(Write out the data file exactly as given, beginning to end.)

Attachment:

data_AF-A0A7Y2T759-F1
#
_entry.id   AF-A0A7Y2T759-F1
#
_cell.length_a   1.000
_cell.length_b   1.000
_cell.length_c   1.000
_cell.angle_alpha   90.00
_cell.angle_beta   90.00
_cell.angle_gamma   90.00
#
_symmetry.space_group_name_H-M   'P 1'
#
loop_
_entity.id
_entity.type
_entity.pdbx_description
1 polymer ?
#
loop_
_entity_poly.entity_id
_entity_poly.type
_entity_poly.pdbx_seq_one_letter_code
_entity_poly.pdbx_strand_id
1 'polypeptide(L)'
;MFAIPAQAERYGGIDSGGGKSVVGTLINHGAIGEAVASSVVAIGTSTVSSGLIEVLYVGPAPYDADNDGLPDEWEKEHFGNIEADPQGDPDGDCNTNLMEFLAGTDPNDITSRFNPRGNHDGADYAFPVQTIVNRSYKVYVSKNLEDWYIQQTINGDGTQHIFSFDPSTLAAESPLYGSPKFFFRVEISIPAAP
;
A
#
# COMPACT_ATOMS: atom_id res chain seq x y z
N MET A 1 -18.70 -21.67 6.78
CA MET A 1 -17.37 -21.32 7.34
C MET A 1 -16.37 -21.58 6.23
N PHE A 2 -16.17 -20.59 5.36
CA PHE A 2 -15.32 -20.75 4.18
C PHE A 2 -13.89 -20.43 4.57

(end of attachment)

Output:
data_AF-A0A7Y2T759-F1
#
_entry.id   AF-A0A7Y2T759-F1
#
_cell.length_a   1.000
_cell.length_b   1.000
_cell.length_c   1.000
_cell.angle_alpha   90.00
_cell.angle_beta   90.00
_cell.angle_gamma   90.00
#
_symmetry.space_group_name_H-M   'P 1'
#
loop_
_entity.id
_entity.type
_entity.pdbx_description
1 polymer ?
#
loop_
_entity_poly.entity_id
_entity_poly.type
_entity_poly.pdbx_seq_one_letter_code
_entity_poly.pdbx_strand_id
1 'polypeptide(L)'
;MFAIPAQAERYGGIDSGGGKSVVGTLINHGAIGEAVASSVVAIGTSTVSSGLIEVLYVGPAPYDADNDGLPDEWEKEHFGNIEADPQGDPDGDCNTNLMEFLAGTDPNDITSRFNPRGNHDGADYAFPVQTIVNRSYKVYVSKNLEDWYIQQTINGDGTQHIFSFDPSTLAAESPLYGSPKFFFRVEISIPAAP
;
A
#
# COMPACT_ATOMS: atom_id res chain seq x y z
N MET A 1 -18.70 -21.67 6.78
CA MET A 1 -17.37 -21.32 7.34
C MET A 1 -16.37 -21.58 6.23
N PHE A 2 -16.17 -20.59 5.36
CA PHE A 2 -15.32 -20.75 4.18
C PHE A 2 -13.89 -20.43 4.57